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December 9, 2006

Microsoft Weekly Miscellany, December 9, 2006

Posted by David Hunter at 5:58 PM ET.

Microsoft released a beta of Windows Live Search Books (formerly MSN Book Search) which indexes out-of-copyright books and a new beta of Windows Live Search Academic (formerly Windows Live Academic Search) which indexes academic journals.

Also in Windows Live Land, Windows Live Custom Domains got an update as did Windows Live Expo and the beta of Windows Live Connection Center Wi-Fi.

Despite the recent demise of Google Answers, Amazon has launched a new question and answer service:

Check out Amazon’s newest service, Askville.

… This is a “questions & answer” site similar to Yahoo, Yedda, AnswerBag, the recently departed Google Answers and even the rarely mentioned Microsoft QnA.

Users turned grumpy over perceived delays in Office 2007 compatibility for Mac Office and Windows Mobile.

Jim Allchin explains Vista Power Management at incredible length since Microsoft has “enhanced” the operating system’s “power off” switch.

Microsoft, HP and other tech firms plan to push for a new US data privacy law next year.

Another strange Zune ad. Don’t worry, you likely won’t have to restrain yourself from filling your shopping cart with Zunes, but you may want a cookie.

Alcatel may be suing Microsoft but they are still jointly selling IPTV.

Filed under Alcatel-Lucent, Argo, Coopetition, General Business, Google, Governmental Relations, IPTV, Legal, Live Search, MSN, MSN Book Search, Marketing, Office, Office for Mac, Privacy, Technologies, Windows Live, Windows Live Connection Center Wi-Fi, Windows Live Custom Domains, Windows Live Expo, Windows Live Search Academic, Windows Live Search Books, Windows Mobile, Zune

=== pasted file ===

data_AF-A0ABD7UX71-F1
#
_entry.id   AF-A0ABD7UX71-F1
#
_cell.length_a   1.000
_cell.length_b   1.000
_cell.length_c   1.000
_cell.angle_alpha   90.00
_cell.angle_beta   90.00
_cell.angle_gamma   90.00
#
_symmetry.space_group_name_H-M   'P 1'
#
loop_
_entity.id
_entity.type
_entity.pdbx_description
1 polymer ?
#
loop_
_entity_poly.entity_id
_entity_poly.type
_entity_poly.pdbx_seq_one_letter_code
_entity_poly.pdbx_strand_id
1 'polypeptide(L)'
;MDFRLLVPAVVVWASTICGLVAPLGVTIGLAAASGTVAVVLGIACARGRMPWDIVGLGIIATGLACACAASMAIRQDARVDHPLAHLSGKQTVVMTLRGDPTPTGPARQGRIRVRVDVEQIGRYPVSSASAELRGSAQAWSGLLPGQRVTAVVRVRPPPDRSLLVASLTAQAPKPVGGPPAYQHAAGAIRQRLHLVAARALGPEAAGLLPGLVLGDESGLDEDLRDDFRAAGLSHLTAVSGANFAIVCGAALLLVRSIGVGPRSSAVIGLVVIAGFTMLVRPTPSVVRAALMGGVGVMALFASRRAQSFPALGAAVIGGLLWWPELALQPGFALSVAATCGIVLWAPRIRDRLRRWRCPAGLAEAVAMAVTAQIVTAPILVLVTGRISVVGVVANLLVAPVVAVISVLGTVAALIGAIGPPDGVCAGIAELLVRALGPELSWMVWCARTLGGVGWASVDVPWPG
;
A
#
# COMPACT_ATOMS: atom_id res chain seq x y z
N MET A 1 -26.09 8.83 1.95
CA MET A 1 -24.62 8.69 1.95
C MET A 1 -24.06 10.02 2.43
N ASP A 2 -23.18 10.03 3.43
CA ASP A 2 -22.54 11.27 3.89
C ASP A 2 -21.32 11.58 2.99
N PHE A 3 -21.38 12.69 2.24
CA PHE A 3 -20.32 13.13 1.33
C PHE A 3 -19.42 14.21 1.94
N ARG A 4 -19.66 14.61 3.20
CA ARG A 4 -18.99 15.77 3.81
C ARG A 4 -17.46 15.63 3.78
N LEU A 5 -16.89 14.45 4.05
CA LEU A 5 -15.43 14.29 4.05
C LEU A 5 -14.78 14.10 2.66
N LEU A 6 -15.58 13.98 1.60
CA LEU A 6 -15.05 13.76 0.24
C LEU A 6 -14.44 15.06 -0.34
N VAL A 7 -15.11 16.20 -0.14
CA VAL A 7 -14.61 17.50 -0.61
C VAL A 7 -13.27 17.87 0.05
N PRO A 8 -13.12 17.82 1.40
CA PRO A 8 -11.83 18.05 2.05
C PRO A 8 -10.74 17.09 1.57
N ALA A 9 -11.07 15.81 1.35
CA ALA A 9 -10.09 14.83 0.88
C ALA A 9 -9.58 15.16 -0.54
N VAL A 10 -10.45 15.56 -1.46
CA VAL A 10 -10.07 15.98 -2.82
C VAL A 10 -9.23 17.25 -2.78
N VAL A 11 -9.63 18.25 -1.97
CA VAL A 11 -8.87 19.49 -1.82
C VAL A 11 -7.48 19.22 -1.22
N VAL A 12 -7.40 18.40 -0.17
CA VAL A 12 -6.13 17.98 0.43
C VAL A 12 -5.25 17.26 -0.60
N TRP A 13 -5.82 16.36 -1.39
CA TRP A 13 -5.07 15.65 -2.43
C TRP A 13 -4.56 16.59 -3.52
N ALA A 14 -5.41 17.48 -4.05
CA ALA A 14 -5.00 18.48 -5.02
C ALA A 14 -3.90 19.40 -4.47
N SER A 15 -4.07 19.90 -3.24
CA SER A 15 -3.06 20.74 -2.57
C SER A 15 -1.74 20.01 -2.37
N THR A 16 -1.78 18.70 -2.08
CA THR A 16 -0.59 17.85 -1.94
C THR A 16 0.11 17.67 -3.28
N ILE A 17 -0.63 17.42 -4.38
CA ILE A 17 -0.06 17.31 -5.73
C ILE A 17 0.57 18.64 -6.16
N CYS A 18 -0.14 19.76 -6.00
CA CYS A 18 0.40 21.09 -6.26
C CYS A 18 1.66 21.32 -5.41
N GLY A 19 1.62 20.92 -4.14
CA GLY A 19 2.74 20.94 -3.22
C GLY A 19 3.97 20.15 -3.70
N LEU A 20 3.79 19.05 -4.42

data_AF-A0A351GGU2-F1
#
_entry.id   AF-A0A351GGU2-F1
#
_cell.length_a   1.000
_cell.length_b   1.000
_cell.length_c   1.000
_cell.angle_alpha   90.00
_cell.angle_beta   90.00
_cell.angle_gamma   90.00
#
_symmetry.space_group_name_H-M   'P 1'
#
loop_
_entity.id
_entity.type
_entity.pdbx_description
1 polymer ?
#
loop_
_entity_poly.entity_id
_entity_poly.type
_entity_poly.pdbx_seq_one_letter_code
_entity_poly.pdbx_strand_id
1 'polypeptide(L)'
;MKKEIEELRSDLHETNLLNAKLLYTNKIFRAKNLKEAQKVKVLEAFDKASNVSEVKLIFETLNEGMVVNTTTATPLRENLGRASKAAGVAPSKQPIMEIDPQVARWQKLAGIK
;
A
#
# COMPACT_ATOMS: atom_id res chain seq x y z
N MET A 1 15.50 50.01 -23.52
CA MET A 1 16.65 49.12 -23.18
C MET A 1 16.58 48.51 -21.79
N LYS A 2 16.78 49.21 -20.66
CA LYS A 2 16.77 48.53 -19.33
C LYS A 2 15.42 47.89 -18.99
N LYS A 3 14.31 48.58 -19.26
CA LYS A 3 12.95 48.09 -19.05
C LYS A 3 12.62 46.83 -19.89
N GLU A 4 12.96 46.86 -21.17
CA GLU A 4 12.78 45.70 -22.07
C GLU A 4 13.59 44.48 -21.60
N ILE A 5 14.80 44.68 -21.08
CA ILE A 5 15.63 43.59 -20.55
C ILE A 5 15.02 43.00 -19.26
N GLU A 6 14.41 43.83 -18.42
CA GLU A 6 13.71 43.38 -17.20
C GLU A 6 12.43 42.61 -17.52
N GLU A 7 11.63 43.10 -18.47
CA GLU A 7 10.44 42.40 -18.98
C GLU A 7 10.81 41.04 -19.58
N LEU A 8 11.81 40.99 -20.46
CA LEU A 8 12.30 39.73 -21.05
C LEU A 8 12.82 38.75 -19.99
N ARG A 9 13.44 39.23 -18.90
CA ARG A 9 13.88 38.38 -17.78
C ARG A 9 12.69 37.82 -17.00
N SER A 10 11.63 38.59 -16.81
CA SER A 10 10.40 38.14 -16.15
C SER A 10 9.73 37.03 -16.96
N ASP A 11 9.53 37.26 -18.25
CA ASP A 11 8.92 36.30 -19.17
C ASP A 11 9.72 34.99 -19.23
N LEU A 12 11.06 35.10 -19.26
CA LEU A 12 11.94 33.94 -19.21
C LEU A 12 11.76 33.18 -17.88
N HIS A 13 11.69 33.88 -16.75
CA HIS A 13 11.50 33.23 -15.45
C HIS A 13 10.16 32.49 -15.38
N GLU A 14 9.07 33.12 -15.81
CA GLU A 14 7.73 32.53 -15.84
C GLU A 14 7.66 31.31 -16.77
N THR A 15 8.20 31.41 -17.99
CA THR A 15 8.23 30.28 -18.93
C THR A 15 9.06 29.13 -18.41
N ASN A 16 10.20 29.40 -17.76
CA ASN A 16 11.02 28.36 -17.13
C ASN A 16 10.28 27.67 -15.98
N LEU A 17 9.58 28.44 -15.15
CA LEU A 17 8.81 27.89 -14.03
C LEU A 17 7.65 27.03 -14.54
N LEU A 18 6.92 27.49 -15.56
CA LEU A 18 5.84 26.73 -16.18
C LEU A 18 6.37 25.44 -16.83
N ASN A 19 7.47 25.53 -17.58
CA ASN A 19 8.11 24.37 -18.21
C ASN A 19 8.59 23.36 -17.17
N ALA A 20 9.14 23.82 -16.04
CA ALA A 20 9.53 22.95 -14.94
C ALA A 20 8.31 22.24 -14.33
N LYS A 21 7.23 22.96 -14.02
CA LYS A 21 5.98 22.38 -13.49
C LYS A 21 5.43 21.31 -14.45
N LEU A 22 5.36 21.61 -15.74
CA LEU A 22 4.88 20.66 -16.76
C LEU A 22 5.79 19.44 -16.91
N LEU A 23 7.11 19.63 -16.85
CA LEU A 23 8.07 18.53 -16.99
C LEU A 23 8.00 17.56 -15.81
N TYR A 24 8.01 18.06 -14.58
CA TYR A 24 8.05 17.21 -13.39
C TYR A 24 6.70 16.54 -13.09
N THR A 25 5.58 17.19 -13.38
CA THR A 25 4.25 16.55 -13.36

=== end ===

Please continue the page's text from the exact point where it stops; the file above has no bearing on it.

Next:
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August 9, 2006

AOL freebie rollout continues

Posted by David Hunter at 6:35 PM ET.

First, AOL decided to give away their basic membership services free to broadband users (press release here). Then they announced a plan to offer 5GB of online storage free to all comers (press release here). It turns out they were just getting started.

On Monday – AOL Launches Free Anti-Virus Program for All Online Users:

AOL today launched a new free anti-virus program — called Active Virus Shield — for all online users at no cost. Active Virus Shield is powered by Kaspersky Lab, one of the largest Internet security solutions providers in the world, and offers advanced detection technology to stop viruses, spyware, malware and Trojans before they attack, as well as real-time scanning of files and email. The software automatically updates every hour, offering an easy and convenient way for consumers to protect themselves from the thousands of new Internet threats created each month.

Active Virus Shield can be downloaded at

Active Virus Shield is free of charge, and there is no obligation or AOL membership required to use it. Active Virus Shield works with Windows XP (home & Professional), NT, 2000, ME, & 98, Internet Explorer 5.5 and above, and requires about 50MB of spare disk space.